For the very first time, two senior leaders of Pol Pot’s Khmer Rouge regime in Cambodia have been convicted of genocide. Deputy leader Nuon Chea, 92, and Head of State Khieu Samphan, 87, have been given life sentences on top of the life sentences they are already serving for crimes against humanity. Chea was found guilty of genocide for attempting to wipe out Cham Muslims, and Samphan was found guilty of genocide against ethnic Vietnamese communities. During the four years the Khmer Rouge were in power from 1975 to 1979, around 25% of Cambodia’s population had died, until the regime was ousted by Vietnamese troops and Cambodian protesters.
The pair are two of only three people who have been convicted by E.C.C.C., the U.N.-backed tribunal, which has faced criticism for spending over nine years and more than $300 million to prosecute leaders of Khmer Rouge, and only convicting three people for the group’s heinous actions. Most of those responsible for the killings, including the leader of Khmer Rouge, Pol Pot, died before they could be tried. Prime Minister Hun Sen, a former mid-level member of the Khmer Rouge himself, has opposed the tribunal starting new trials, saying that people want to move on and claiming that further prosecutions could lead to violence. However, Alexander Hinton, director of the Centre for the Study of Genocide and Human Rights, said: “Justice is not perfect. But it’s better than no justice. And what’s the alternative? Impunity for mass murder.”
Under the leader Pol Pot, the Khmer Rouge, a radical Maoist movement founded by French-educated individuals, sought to create a self-reliant, agrarian society forcing millions of people from the cities to work on communal farms in the countryside, whilst torturing and killing all those perceived to be enemies including intellectuals, minorities, former government officials and their families. Pol Pot was sentenced to house arrest in his jungle home in 1997, years after his government was overthrown. However less than a year later he had died, denying millions of people the chance to bring him to justice. In 2009, the U.N. then helped to establish the tribunal to try surviving leaders.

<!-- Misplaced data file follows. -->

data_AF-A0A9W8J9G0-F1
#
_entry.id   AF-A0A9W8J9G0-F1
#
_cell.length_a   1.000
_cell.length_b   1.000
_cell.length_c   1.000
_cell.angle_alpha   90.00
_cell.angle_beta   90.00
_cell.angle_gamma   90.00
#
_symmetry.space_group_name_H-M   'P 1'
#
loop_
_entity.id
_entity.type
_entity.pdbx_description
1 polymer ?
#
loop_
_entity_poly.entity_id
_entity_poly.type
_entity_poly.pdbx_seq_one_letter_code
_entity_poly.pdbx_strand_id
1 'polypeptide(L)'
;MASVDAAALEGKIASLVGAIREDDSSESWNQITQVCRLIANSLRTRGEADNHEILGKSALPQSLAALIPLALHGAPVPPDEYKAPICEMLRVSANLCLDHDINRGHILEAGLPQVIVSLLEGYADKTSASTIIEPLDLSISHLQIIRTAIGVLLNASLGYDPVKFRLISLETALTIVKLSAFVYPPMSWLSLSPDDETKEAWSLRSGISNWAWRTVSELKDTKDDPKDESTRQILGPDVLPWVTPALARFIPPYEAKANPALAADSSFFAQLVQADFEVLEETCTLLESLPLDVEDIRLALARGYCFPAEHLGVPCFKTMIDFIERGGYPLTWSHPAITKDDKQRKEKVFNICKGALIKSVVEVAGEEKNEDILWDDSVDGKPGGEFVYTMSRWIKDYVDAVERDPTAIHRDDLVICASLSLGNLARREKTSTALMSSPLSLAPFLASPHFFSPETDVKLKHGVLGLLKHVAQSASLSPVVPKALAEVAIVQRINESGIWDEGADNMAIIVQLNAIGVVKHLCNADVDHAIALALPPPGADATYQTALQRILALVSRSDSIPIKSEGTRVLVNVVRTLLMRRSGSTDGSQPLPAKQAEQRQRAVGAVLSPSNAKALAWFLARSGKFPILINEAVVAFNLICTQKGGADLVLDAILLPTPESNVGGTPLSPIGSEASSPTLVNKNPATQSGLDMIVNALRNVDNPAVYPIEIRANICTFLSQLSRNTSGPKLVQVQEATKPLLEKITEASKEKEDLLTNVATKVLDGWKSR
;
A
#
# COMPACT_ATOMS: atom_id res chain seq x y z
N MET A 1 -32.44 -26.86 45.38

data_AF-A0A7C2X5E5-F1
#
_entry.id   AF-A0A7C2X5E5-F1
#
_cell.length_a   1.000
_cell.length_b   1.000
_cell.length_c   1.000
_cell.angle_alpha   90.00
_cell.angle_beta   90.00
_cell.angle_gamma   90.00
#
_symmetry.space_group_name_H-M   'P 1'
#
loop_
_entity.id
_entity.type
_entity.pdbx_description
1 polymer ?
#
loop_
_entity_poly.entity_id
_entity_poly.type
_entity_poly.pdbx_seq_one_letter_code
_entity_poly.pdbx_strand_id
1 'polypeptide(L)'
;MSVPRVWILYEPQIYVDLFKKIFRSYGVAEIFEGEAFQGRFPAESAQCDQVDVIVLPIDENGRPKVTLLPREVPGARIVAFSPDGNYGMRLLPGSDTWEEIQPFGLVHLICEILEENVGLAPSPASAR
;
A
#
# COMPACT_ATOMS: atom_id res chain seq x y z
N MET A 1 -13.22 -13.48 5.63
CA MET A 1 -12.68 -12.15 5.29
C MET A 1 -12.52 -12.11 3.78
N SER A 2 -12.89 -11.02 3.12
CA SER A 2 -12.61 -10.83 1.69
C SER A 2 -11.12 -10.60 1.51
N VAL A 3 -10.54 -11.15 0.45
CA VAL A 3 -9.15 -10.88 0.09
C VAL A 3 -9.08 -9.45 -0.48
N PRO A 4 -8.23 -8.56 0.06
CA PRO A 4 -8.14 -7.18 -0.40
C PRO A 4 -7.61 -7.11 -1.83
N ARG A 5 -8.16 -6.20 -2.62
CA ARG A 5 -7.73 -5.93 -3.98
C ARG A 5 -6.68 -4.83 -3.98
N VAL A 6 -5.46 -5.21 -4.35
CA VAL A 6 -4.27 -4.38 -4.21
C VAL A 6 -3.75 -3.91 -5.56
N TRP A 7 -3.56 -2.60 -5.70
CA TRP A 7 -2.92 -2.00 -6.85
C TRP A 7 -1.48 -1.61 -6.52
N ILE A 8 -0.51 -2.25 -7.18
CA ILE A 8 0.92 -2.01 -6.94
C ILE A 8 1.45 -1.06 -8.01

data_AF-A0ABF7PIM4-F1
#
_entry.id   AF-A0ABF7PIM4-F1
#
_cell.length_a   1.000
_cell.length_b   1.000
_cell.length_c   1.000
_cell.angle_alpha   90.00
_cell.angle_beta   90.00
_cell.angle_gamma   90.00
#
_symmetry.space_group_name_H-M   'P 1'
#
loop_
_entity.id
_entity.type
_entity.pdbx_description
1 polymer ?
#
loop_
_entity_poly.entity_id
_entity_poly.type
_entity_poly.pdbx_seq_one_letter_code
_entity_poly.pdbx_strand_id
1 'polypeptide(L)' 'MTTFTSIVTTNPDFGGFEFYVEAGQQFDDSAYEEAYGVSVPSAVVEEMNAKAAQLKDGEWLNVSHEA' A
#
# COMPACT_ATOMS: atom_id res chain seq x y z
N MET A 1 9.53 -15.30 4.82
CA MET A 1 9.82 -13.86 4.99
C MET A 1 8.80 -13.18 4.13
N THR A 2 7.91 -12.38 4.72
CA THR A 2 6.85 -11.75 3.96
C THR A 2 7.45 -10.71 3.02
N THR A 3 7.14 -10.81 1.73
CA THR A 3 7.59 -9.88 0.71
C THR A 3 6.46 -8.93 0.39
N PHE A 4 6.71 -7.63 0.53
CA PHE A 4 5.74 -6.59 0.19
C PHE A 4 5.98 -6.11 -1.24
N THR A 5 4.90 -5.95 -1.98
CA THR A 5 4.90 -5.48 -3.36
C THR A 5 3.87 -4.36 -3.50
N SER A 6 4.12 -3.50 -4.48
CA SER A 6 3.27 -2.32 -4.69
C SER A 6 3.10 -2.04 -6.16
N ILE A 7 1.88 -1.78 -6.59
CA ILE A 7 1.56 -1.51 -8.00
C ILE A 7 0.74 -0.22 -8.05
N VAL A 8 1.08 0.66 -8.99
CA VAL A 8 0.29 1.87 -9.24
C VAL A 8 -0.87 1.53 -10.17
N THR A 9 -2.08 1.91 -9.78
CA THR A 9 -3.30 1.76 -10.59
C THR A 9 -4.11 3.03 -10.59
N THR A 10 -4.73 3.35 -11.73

Further criticisms of the tribunal include political interference, as the definition of genocide under international law doesn’t fit the larger scale killings of the Cambodian population, and the U.N.’s wording stated that senior Khmer Rouge leaders and those most responsible for the atrocities could be targeted for prosecution only. Critics, including Theary Seng, whose parents were killed by the Khmer Rouge, feel that the tribunal has not accomplished the established goals of reconciliation, symbolic justice or combating immunity from punishment.
Despite the criticisms of the tribunal, victims who have waited for over 40 years have finally received a symbol of justice. The 72-year-old Cham Muslim man, Los Sat, who lost many family members, said: “They brought suffering to my relatives, I am really satisfied with the sentences.” The court’s decision has triggered discussions in Cambodia about one of the worst atrocities of the 20th century and most importantly, has given accountability of the crimes to some of the major figures in the Khmer Rouge regime. The tribunal itself is subject to resistance, including from the Prime Minister Hun Sen, who worries that further cases could push the country into civil war. However, the process has been followed by the rule of law and has delivered results which will be of most importance to many Cambodians seeking justice. In the future, if the tribunal continues to operate, which is not certain to happen due to opposition from the prime minister, what can be taken from the judgements is the fitting life sentences given to those involved in the terrible regime. This proper following of the case through the court can also act as a precedent for the other four cases against Khmer Rouge members.
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